The last census recorded that 63 million people lived in the UK, of whom more than eight million come from of a minority ethnic background.
But that doesn’t say much; Britain’s diversity is not equally spread out. In Scotland just over 4 per cent of the populace was non-white, compared to 14 per cent in England and Wales. Britain’s ethnic minorities are concentrated in England, almost entirely in a select few towns and cities, such as London, Birmingham, Luton and the urban conurbations straddling West Yorkshire and Greater Manchester. A white person could grow up on the coast of Yorkshire, just two hours away from one of the most diverse cities in the region, and have next to no interaction with someone of a different ethnicity.
Perhaps the most startling figure from 2001 is that one in five of the UK’s minority population lived in just over one per cent of the country’s electoral wards.
But even in cities with a relatively rich ethnic mix, the pattern is far from uniform. We have been able to use detailed demographic data to build a picture of diversity at a granular, neighbourhood-by-neighbourhood level. It shows that it isn’t just rural Britain that lacks diversity – a lot of neighbourhoods in our towns and cities do, too.
London serves as an excellent case study here. The UK’s capital is, overall, one of the most international and multi-ethnic cities in the world.
Ethnic breakdown of London
Just over two people in five are from an ethnic minority background. But that isn’t to say that walking down any London street, two in every five people you pass will be BAME. Boroughs such as Westminister or Camden are far more diverse than Bexley or Brent.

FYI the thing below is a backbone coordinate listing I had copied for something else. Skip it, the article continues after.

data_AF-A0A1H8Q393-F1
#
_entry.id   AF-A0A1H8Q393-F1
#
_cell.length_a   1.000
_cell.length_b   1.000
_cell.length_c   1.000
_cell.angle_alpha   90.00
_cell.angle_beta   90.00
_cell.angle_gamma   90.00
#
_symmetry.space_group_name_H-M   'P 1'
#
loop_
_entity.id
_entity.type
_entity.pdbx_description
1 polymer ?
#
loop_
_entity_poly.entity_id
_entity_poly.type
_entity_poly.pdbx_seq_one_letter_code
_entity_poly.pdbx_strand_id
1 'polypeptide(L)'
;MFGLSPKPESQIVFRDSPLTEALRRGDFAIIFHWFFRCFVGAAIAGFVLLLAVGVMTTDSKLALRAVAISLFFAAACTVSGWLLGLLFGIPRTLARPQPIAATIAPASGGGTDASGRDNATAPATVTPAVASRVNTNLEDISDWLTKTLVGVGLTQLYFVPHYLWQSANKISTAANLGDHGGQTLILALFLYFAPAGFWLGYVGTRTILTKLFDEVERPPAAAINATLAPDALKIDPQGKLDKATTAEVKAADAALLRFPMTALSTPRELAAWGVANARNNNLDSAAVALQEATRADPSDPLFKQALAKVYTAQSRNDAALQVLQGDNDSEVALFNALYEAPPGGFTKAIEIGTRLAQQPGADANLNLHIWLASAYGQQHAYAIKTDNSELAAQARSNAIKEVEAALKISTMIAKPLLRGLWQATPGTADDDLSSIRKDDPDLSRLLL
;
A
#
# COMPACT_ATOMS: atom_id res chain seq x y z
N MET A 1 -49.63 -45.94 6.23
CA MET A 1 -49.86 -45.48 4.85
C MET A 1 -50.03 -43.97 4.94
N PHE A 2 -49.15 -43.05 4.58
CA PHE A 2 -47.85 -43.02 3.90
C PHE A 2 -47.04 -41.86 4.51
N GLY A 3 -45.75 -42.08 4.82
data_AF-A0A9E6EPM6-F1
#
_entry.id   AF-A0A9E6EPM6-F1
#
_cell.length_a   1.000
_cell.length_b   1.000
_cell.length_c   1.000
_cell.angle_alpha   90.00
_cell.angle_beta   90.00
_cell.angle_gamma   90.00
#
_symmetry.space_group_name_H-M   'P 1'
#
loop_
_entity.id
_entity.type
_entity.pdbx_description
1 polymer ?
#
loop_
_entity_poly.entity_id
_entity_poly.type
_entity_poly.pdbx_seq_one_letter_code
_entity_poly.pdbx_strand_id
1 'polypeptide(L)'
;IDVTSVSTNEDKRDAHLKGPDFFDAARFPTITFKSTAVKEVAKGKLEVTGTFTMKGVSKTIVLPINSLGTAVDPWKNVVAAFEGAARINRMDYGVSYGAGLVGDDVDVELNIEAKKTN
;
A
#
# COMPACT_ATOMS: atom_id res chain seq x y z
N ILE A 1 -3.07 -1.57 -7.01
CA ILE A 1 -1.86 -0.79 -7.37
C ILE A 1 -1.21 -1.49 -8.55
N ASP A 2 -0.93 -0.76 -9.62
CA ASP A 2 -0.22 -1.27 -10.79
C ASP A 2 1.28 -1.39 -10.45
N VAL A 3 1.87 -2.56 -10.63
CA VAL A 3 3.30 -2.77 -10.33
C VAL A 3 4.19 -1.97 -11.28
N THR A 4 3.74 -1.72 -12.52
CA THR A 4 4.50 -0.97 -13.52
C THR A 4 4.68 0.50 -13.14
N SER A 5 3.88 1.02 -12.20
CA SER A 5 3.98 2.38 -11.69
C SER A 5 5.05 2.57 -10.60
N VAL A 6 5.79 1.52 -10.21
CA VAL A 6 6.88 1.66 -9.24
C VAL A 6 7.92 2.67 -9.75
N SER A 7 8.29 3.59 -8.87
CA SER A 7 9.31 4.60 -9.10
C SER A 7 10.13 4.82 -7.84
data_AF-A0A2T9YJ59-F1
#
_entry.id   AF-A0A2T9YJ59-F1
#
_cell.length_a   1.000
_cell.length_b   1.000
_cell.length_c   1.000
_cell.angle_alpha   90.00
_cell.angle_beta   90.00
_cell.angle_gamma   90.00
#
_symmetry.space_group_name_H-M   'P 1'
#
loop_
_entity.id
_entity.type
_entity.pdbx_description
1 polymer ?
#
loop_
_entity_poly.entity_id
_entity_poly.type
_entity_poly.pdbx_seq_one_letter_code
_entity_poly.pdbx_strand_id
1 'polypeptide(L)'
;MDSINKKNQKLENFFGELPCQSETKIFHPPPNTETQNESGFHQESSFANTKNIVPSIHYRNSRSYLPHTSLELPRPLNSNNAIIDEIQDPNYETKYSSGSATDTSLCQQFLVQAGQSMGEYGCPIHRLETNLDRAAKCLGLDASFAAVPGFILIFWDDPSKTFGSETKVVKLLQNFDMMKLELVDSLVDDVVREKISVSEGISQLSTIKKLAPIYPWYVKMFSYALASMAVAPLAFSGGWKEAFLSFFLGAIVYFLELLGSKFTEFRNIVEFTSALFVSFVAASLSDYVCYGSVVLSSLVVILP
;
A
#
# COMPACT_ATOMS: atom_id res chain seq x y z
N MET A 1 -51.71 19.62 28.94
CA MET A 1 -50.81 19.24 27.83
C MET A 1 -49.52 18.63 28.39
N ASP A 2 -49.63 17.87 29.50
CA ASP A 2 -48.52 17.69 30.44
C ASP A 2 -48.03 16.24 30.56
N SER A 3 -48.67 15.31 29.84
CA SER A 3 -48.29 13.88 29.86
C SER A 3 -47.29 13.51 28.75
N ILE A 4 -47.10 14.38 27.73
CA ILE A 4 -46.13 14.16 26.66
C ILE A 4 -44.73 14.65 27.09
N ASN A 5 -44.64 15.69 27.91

The proportion of residents who are non-white actually varies from as low as 15.9 per cent in some boroughs to as high as 71.2 per cent in others.
When we drill down to neighbourhood level, the variance is even more stark. Our interactive map above shows the largest ethnic group in each area. The vast majority of neighbourhoods are grey, meaning white people are the largest group.
While there is no universal agreement among academics as to what is considered a segregated or ghettoised community, some have considered an 80 or 90 per cent threshold for one ethnic group an acceptable definition.
Using 85 per cent as a reasonable threshold, we see neighbourhoods where white people are in a very large majority (coloured grey on the map below) are scattered across large parts of London, particularly on the eastern periphery.
There are also a small number of neighbourhoods where more than 85 per cent of the population are non-white (coloured yellow). These are tightly clustered in East Ham, Southall and Wembley Park.
While the neighbourhoods coloured yellow are largely non-white, that doesn’t mean they lack diversity. Though predominantly Asian, the neighbourhoods within East Ham that are overwhelmingly non-white have recorded increasing numbers of both black and mixed-race residents over the past few decades.
At the same time, the number of white people both within these neighbourhoods and the immediate vicinity has been falling since 1991.
These non-white neighbourhoods have been growing more diverse in one respect, but increasingly isolated from the rest of London society in another.